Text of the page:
Construction labor shortage expected to only get worse

Posted: Wednesday, February 02, 2005

Brought on by the field's growth and an aging work force, thousands of jobs in Alaska's construction industry could go unfilled — or be filled with untrained or inexperienced workers — over the next eight years.

Construction of a natural gas pipeline and other giant projects in Alaska could further exacerbate the shortage.

We're in a crisis," said Mike Andrews, director of Alaska Works Partnership. "Without crying wolf, what we are trying to say is if we had a four-plex, one unit is on fire and if we don't do anything another unit will catch on fire too."

Andrews was among some 25 attendees of a construction summit held Jan. 18 in Anchorage.

As representatives of businesses, trade organizations and training providers involved in Alaska's construction industry, the attendees met to discuss the industry's foreseen labor shortage and frame recommendations for the state labor department's Alaska Workforce Investment Board, or AWIB.

Since 1998, AWIB has provided policy oversight of state and federally funded job training and vocational education programs, and has determined how training funds are distributed to different training providers across the state, said executive director Mona McAleese.

The Alaska Department of Labor and Workforce Development and AWIB jointly sponsored the all-day construction summit with the Associated General Contractors of Alaska and the Alaska Works Partnership, a nonprofit corporation representing all of Alaska's building and construction trade unions and their federally registered apprenticeship and training programs.

Dick Cattanach, executive director of the AGC of Alaska, told summit attendees that about 2,000 people need to be trained each year between 2002 and 2012 in construction-related occupations to meet the industry's employment needs forecasted by state labor economists.

Over the last couple of years, an average of 1,000 people were trained as electricians, roofers and truck drivers among other construction-related occupations, leaving a gap of about 1,000 people needed to be trained, Cattanach said. "There's a huge training task in front of us."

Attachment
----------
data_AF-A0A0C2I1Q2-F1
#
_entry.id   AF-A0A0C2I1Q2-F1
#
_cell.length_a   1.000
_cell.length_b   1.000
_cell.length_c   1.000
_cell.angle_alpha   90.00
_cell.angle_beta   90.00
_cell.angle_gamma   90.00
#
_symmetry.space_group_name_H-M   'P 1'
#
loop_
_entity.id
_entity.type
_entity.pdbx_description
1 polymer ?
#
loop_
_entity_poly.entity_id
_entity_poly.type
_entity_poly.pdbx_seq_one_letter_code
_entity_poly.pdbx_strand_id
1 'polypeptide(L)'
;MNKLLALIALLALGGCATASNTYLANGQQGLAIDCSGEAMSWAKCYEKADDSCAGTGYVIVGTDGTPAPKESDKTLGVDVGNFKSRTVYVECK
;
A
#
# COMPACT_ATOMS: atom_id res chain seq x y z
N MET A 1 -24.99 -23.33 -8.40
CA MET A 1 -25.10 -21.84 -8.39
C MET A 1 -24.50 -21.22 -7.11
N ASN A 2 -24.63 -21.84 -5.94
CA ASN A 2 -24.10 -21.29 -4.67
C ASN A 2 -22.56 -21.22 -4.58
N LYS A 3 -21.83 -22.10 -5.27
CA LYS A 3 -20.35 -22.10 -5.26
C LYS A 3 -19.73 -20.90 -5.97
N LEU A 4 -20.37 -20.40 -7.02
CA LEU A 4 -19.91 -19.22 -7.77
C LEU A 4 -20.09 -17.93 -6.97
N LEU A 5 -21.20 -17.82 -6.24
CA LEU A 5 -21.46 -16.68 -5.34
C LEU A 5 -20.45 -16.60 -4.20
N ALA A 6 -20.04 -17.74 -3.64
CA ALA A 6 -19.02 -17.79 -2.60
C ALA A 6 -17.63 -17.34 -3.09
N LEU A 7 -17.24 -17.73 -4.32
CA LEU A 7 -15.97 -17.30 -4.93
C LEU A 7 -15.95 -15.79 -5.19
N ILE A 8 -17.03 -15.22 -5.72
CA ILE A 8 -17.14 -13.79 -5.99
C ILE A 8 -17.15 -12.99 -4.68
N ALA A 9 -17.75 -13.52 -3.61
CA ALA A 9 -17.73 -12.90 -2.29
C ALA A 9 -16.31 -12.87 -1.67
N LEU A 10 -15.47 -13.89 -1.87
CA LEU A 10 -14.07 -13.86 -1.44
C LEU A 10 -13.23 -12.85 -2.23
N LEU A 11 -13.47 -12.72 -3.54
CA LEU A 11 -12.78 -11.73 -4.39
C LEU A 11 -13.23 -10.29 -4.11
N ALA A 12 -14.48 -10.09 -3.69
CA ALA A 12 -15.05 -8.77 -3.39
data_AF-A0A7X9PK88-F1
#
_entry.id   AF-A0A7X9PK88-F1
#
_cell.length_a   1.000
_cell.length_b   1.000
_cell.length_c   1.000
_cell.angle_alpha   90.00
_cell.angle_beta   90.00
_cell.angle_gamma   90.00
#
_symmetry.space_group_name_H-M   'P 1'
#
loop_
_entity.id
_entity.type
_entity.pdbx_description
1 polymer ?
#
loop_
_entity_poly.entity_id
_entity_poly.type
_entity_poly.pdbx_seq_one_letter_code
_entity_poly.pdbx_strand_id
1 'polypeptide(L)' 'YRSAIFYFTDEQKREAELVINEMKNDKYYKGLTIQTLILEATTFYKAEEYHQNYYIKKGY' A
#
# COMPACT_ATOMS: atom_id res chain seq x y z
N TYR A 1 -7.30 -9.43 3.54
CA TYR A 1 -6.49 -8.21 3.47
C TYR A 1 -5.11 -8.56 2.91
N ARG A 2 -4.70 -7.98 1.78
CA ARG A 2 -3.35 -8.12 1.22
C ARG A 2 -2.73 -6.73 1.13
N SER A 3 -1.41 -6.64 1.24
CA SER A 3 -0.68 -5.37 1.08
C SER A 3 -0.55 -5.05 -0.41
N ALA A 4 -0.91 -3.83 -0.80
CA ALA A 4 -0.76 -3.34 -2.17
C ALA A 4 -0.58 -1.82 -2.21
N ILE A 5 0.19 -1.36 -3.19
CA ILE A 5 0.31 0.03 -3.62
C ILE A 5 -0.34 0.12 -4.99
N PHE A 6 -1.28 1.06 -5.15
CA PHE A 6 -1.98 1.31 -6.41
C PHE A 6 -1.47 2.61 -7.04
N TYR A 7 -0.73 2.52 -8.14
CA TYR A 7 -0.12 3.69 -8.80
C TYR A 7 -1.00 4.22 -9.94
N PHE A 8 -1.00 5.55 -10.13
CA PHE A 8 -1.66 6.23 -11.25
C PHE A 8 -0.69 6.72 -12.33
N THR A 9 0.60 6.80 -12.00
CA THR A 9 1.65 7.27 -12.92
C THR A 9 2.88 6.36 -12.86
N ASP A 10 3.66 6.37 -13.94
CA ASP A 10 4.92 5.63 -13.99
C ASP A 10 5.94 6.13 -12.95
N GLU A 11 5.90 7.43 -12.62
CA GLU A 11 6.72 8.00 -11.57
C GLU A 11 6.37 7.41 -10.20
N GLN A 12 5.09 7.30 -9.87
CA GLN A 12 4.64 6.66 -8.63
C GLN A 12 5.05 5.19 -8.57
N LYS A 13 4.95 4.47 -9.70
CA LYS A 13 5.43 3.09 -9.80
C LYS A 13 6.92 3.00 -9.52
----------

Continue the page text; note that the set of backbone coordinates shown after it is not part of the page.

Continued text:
The industry's training needs are in large part due to its growth and the large number of construction workers retiring by 2012, according to Cattanach.

In the carpentry occupation alone, the demand for carpenters statewide is expected to increase by nearly 14 percent, or about 660 new jobs, from 2002 to 2012, according to data compiled by state labor economists.

On top of the occupation's growth, more than 1,100 carpenters are expected to retire during the same period. Some 180 new carpenters would have to be employed each year between 2002 and 2012 to meet the state's foreseen demand, Cattanach said.

Cattanach cautioned that the forecast of needing to train about 2,000 workers annually may be too conservative. For one, while the forecast incorporated the average demand for workers over the life of the potential gas pipeline's construction, the estimate does not address periods during the construction when a large number of trained workers would be needed.

David MacDowell, BP Exploration (Alaska) Inc.'s director of external affairs, told attendees of the summit that more than 7,000 people could be needed to build the pipeline during the peak phase of construction in Alaska.

The 2,000-trainee estimate also does not include any additional training needs originating from Gov. Frank Murkowski's 90 percent Alaska-hire initiative, Andrews said.

Some construction-related occupations employ nonresidents at rates exceeding 30 percent. Nearly 110 of Alaska's 285 structural iron and steel workers, or about 38 percent, are nonresidents, according to state labor economists.

Andrews said that decreasing the number of nonresidents working in construction-related fields would require training more Alaskans each year than the 2,000-trainee figure presented by Cattanach.

Among the challenges facing the construction industry are securing funding for additional classroom-based training, increasing the number of registered apprentice programs and recruiting more Alaskans to join the construction field, according to attendees of construction summit.

The attendees proposed several recommendations for AWIB, including evaluating ways that other state and local governments have increased the number of hours apprentices work on publicly funded construction projects and developing a strategic plan to meet the employment needs of the gas pipeline's potential construction.



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